MacKenzie poetically spoken speak is a recipe of deep meaningful thoughts…laced with diverse volumes of consciousness for your minds ear to savor… If ever there was a meaning to the phrase “Seek & Thee Shall Find”. In doing so..this Louisville bred spoken word artist made a resounding reality of it by going on a quest that took her to a destination…that continues to elevate and rendezvous to different heights and a multi myriad of on going journeys of verbs nouns and word-isms. What’s in a word? Check it out ..


Q. MRCPROMO: Hello Mackenzie thank you for taking time out with us how are you?
A. MACKENZIE: I am doing well, thank you for having me.

Q. MRCPROMO: How did you first become involved with spoken-word poetry?
A. MACKENZIE: My first introduction to performance poetry was through YouTube. My best friend suggested I would like a poem by Philly poet Kai Davis and showed me a video of her performing. I had written poetry before but had never been exposed to spoken word, to the concept of performing a poem. The video was powerful and it had swank and swagger and I had never seen
anything like it before. From there I searched many more performance poetry videos on YouTube and found out there was a whole world I had known nothing about.

Q. MRCPROMO: Do you belong to a poetry organization? What is a poetry slam is? Can anyone join?
A. MACKENZIE: Yes, I started a 501(c)(3) nonprofit organization called Young Poets of Louisville that provides a safe space for young people ages 13-19 to develop themselves through the written and spoken expression of poetry. We have free writing workshops, youth poetry slams, and public readings. A poetry slam, unlike a reading, is a competition of poetry. There are three
or four rounds of poetry in a poetry slam and each poet has 3 minutes to spit a poem in each round. The only thing a poet is guaranteed in a poetry slam is that first round―after that there are fewer and fewer poets based on the scores they receive from judges, who score each poem from 0.0-10.0. For the Young Poets youth slams anyone ages 13-19 can join in
the regular season; however, we are now preparing our youth poetry slam team for competition and so are working specifically with those poets.

Q. MRCPROMO: What’s the difference between an open mic and an a poetry slam?
A. MACKENZIE: In an open mic, anyone can perform any act without a strict time limit. In a poetry slam, there is competition with a 3 minute time limit per round. There is a winner and there are finalists which makes the crowd more invested and emotionally attached to certain poems and poets. Competition creates intrigue.

Q. MRCPROMO: In your opinion what parallels are there between rap and slam poetry? What
do they share?
A. MACKENZIE: Both rap and slam poetry have roots in competition, in spitting something that competes against someone else’s work. Both rap and slam are performances―they are meant to engage the audience and interact with them. They also have many similar elements such as rhythm, rhyme, and flow and you can see singing in rap just as you can see singing in slam poetry.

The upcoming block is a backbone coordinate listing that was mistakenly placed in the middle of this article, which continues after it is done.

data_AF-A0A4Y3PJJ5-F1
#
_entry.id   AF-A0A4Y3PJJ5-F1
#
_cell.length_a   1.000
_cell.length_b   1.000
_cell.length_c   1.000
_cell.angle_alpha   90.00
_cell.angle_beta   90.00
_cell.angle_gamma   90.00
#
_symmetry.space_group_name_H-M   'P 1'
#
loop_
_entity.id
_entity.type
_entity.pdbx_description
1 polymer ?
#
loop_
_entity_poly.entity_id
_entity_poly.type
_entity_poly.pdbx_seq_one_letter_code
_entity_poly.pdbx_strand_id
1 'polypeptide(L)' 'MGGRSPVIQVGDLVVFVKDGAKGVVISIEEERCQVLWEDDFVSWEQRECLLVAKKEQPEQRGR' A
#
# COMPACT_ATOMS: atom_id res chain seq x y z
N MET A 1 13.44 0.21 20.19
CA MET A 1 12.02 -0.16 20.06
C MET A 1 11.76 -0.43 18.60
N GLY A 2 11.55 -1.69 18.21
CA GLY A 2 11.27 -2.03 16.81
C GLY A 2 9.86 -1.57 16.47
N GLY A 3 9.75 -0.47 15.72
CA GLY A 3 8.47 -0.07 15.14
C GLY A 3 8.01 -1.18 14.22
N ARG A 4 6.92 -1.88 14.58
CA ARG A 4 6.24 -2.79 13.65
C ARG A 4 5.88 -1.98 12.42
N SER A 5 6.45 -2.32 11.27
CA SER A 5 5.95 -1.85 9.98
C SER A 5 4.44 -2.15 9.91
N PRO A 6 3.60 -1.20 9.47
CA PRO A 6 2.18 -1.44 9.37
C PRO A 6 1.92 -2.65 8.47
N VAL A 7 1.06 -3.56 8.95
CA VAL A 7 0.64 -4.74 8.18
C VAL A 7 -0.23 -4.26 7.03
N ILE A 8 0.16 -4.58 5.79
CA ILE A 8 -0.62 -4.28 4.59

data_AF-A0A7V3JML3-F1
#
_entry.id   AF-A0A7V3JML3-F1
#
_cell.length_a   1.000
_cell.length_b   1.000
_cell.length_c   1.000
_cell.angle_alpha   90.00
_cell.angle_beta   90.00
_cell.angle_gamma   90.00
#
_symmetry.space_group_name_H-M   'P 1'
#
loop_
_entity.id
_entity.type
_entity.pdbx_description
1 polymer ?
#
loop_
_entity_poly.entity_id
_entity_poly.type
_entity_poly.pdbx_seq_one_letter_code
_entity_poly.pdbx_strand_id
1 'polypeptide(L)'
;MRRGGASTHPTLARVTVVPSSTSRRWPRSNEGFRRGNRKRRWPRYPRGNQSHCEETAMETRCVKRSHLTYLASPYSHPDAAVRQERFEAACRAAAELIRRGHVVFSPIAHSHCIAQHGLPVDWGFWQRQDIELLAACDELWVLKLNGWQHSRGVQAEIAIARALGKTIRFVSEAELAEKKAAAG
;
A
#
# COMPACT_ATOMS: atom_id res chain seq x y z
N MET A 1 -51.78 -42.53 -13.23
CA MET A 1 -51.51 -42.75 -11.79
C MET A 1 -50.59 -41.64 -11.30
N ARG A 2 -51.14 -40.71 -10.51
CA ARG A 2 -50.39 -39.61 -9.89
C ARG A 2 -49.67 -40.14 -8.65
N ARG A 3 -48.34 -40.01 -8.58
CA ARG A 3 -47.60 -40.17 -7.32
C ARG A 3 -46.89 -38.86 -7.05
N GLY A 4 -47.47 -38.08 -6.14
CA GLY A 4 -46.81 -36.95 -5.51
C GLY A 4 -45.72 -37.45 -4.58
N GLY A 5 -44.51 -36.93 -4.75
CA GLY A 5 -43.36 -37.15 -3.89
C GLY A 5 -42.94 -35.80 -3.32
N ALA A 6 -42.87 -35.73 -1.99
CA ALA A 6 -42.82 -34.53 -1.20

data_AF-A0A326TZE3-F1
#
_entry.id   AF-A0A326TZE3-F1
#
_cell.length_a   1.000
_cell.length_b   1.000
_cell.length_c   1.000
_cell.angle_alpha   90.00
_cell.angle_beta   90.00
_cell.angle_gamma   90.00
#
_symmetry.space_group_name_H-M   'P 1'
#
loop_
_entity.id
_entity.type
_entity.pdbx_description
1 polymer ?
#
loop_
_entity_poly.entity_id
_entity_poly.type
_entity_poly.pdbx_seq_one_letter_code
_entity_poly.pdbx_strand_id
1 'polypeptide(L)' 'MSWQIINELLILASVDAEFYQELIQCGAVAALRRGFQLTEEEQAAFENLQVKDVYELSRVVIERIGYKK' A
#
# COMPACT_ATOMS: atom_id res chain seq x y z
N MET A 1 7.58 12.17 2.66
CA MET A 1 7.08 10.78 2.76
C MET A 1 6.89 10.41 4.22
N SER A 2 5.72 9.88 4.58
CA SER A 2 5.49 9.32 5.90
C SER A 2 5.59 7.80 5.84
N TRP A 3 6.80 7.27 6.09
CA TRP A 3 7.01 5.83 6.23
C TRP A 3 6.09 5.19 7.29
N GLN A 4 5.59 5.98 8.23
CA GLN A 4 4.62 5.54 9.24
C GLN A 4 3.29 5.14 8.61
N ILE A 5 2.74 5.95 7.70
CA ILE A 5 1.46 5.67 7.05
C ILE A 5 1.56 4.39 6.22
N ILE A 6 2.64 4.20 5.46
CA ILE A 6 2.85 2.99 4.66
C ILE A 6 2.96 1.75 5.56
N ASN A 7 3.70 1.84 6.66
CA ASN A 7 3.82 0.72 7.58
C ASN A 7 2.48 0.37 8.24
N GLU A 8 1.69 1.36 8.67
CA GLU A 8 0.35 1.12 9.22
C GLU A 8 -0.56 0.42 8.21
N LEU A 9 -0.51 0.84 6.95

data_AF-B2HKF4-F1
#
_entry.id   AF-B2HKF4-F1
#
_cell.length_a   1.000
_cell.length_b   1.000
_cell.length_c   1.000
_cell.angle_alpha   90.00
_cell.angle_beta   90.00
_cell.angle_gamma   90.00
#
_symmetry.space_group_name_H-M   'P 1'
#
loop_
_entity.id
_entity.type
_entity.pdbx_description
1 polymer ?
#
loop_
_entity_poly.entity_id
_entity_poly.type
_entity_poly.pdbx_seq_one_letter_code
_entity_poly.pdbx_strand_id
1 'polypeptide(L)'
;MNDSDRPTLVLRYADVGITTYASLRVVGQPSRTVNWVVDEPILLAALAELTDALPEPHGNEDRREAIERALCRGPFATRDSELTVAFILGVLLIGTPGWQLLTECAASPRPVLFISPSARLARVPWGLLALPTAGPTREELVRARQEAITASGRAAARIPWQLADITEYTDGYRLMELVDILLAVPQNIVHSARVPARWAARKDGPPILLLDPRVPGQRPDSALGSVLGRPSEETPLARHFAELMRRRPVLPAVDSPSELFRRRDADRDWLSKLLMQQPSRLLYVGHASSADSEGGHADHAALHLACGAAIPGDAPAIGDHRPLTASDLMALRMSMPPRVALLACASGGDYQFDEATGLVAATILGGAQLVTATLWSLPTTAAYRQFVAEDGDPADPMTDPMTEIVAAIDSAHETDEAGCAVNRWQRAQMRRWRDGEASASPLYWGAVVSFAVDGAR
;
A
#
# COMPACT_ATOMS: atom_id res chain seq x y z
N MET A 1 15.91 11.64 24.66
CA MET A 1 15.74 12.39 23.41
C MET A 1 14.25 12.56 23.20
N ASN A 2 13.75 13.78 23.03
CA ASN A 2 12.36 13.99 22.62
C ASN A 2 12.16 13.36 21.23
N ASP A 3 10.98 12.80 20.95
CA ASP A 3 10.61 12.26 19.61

They are of the same roots―slam came from rap.

Q. MRCPROMO: What’s you’re creative process, do you hear rhythm, do you hear a rhyme
when your working on a subject you want to address?
A. MACKENZIE: My creative process with performance poetry is typically based off rhythm. I use repetition, metaphor, and syllable count to consider the rhythm of a poem, especially if the subject is intertwined with rhythm, such as Muhammad Ali. He spoke in rhythm, so it’s a device that can be used to draw connection with him, but the form really just depends on the subject matter being discussed.

Q. MRCPROMO: Who are your favorite poets?
A. MACKENZIE: Some of my favorite poets, including both written and performance, are Nikky Finney, Jericho Brown, Terrance Hayes, Warsan Shire, Maya Angelou, Audre Lorde, Kai Davis, Jasmine Mans, and Sister Outsider.

Q. MRCPROMO: Any dream artists you’d love to work with?
A. MACKENZIE: I would love to work with Kai Davis because she is an incredible poet and was the inspiration behind Young Poets of Louisville.

Q. MRCPROMO: Where can we catch one of your performances and our there any tours
coming up?
A. MACKENZIE: I will be performing at the Lip Gloss Diaries Poetry Slam at the Kentucky Center for the Performing Arts in Bomhard Theater on April 2nd at 7 p.m. The event is free and open to the public.

Q. MRCPROMO: Last Words or shouts?
A. MACKENZIE: I want to thank the city of Louisville for its support. Louisville has shown so much love to me and Young Poets of Louisville. This is so important to us. Thank you to Lance Newman, Brandon “B.Shatter” Harrison, Roots & Wings, Rheonna Thornton, Jasmine Reed, Scz, and Tarsha Semakula for sharing knowledge on poetry and maintaining the Louisville poetry slam scene.

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EDITOR: La Mont Reed
IMAGE: Mackenzie Berry